The following organizations may sponsor your workshop in one of their weekly or monthly meetings: the local Rotary Club and other civic organizations; home shows; homeowners associations; chambers of commerce; adult learning centers; realtor, code official, and other business and trade groups.

Organize a seminar by first drafting a brief description and flyer for the group to use to promote your appearance. Recommend RSVPs and/or charge a modest registration fee to demonstrate value. Script your presentation with plenty of customer stories. Gather attendee information through sign-up sheets, evaluation forms, and door prizes. (You can use these later as leads!)

A key success strategy, according to the contractors I interviewed, is to become a home performance expert in your community.
Free media coverage is better and more believable than ads, and it’s easy to get. Provide reporters and show producers with stories that sell. People stories and analyses on celebrities’ homes, homeowner testimonials, slice-of-life ride alongs on interesting jobs and today’s local events—immediacy and proximity make it news.

High-cost marketing tactics to avoid include newspaper and magazine ads that don’t include a direct customer testimonial or a “call to action,” and telephone directory ads. The Yellow Pages are the last bastion of companies that rely on fresh-meat customers, rather than on testimonials from past customers.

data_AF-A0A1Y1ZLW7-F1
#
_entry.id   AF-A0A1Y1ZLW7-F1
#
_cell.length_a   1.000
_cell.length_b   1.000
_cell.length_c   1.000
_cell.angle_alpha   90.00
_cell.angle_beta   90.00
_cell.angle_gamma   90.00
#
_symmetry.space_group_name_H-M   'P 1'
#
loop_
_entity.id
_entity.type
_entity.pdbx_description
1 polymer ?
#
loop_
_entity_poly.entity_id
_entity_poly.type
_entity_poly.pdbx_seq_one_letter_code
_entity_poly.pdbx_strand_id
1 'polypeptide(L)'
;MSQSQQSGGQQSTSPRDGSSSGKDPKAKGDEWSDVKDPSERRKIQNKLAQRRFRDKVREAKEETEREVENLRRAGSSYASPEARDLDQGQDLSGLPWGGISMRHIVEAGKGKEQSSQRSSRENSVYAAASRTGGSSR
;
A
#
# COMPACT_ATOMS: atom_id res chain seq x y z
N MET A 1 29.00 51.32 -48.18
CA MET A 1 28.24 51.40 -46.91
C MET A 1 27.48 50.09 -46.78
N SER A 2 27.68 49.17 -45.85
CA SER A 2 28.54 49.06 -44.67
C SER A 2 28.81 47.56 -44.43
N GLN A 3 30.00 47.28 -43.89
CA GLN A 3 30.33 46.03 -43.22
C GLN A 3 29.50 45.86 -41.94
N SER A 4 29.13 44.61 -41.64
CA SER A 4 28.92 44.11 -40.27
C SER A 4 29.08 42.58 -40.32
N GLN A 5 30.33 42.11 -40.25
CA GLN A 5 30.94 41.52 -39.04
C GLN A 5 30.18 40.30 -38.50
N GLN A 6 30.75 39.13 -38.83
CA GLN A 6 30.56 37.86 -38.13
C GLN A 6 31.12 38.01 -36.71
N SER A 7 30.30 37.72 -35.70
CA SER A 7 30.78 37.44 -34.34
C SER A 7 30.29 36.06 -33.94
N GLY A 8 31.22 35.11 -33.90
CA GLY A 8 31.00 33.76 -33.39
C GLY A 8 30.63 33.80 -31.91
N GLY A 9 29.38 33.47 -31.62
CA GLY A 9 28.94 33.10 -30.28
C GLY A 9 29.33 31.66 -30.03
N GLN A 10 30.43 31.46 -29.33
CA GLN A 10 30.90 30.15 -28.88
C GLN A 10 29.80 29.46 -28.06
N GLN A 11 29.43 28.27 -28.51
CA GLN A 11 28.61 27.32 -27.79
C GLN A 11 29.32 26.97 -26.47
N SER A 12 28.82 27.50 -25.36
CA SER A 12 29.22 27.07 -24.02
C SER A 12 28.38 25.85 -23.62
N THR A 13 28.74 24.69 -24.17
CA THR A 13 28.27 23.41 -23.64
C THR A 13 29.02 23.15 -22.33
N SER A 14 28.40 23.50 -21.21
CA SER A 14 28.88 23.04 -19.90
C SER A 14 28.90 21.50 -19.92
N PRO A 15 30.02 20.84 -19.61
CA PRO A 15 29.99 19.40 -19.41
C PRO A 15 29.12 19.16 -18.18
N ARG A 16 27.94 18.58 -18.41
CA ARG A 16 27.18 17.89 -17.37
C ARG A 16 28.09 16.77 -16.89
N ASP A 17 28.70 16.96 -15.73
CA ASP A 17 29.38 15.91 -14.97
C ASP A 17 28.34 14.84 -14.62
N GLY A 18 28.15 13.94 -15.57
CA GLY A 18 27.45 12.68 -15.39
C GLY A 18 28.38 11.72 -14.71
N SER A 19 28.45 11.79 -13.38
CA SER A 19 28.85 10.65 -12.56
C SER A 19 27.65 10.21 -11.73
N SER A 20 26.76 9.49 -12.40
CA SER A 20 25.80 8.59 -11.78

Traditional marketing tactics have their place. Home shows are a prime showcase, if you prepare customer testimonials and article reprints; a clipboard with lead sheets; video clips of you working and interviews with satisfied customers; and clips of live radio interviews. Don’t forget to bring your appointment book! Team up with the contractors you use as subs to maximize cross-telling and cross-selling (Solar? Home Performance is the First Step.) Bring your Home Page up on your laptop for people to browse. A well-designed Web site educates the consumer, and highly visible digitally printed vehicle wrap or “car skins” give brand recognition.

In the midst of the meltdown on Wall Street, you wouldn’t expect the winners of a home energy makeover contest to make headlines in Southern California. But the Anaheim Public Utilities program got coverage on all major television channels with the story of homeowners who won an efficiency contest sponsored by the Electric & Gas Industries Association. The young couple had bought a starter home, planning to keep it a few years and then move up. Thanks to the energy makeover, they are now so comfortable that they plan to retire there.

Ed Thomas has over twenty years of energy utility industry experience in sales and marketing management in many segments of the energy services industry. Ed authored an industry report on Home Energy Audits, coauthored a report on Load Management Programs, and published reports on Home Energy Loans and Geo Heat Pumps.

For more information:
See the TV news clip about the Southern California homeowners who won the efficiency contest at